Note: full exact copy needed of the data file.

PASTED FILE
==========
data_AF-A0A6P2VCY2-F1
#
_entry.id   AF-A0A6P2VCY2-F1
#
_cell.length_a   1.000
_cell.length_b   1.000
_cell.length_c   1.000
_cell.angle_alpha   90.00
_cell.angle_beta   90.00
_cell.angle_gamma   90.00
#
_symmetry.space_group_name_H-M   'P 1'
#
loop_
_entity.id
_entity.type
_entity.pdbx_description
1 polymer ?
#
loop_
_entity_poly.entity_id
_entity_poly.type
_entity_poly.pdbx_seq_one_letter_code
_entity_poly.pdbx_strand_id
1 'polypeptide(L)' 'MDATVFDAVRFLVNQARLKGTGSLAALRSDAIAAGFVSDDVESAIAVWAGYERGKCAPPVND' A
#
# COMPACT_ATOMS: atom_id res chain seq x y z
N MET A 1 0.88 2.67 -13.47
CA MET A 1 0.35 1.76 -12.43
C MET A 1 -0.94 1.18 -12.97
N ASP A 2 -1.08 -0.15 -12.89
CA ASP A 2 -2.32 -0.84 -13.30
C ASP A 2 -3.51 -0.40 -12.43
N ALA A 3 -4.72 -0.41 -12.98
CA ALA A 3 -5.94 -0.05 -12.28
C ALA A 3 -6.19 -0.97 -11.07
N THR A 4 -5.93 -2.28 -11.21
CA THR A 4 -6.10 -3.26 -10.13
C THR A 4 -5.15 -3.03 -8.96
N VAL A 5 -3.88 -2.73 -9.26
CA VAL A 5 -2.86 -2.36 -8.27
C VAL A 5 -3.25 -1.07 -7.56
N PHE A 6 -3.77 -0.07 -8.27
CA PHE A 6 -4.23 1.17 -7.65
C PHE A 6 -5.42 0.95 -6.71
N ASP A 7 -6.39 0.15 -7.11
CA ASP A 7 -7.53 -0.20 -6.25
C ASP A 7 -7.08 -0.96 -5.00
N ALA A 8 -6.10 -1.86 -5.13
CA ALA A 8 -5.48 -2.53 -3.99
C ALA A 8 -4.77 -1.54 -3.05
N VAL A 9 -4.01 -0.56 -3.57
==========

data_AF-A0A6P2VCY2-F1
#
_entry.id   AF-A0A6P2VCY2-F1
#
_cell.length_a   1.000
_cell.length_b   1.000
_cell.length_c   1.000
_cell.angle_alpha   90.00
_cell.angle_beta   90.00
_cell.angle_gamma   90.00
#
_symmetry.space_group_name_H-M   'P 1'
#
loop_
_entity.id
_entity.type
_entity.pdbx_description
1 polymer ?
#
loop_
_entity_poly.entity_id
_entity_poly.type
_entity_poly.pdbx_seq_one_letter_code
_entity_poly.pdbx_strand_id
1 'polypeptide(L)' 'MDATVFDAVRFLVNQARLKGTGSLAALRSDAIAAGFVSDDVESAIAVWAGYERGKCAPPVND' A
#
# COMPACT_ATOMS: atom_id res chain seq x y z
N MET A 1 0.88 2.67 -13.47
CA MET A 1 0.35 1.76 -12.43
C MET A 1 -0.94 1.18 -12.97
N ASP A 2 -1.08 -0.15 -12.89
CA ASP A 2 -2.32 -0.84 -13.30
C ASP A 2 -3.51 -0.40 -12.43
N ALA A 3 -4.72 -0.41 -12.98
CA ALA A 3 -5.94 -0.05 -12.28
C ALA A 3 -6.19 -0.97 -11.07
N THR A 4 -5.93 -2.28 -11.21
CA THR A 4 -6.10 -3.26 -10.13
C THR A 4 -5.15 -3.03 -8.96
N VAL A 5 -3.88 -2.73 -9.26
CA VAL A 5 -2.86 -2.36 -8.27
C VAL A 5 -3.25 -1.07 -7.56
N PHE A 6 -3.77 -0.07 -8.27
CA PHE A 6 -4.23 1.17 -7.65
C PHE A 6 -5.42 0.95 -6.71
N ASP A 7 -6.39 0.15 -7.11
CA ASP A 7 -7.53 -0.20 -6.25
C ASP A 7 -7.08 -0.96 -5.00
N ALA A 8 -6.10 -1.86 -5.13
CA ALA A 8 -5.48 -2.53 -3.99
C ALA A 8 -4.77 -1.54 -3.05
N VAL A 9 -4.01 -0.56 -3.57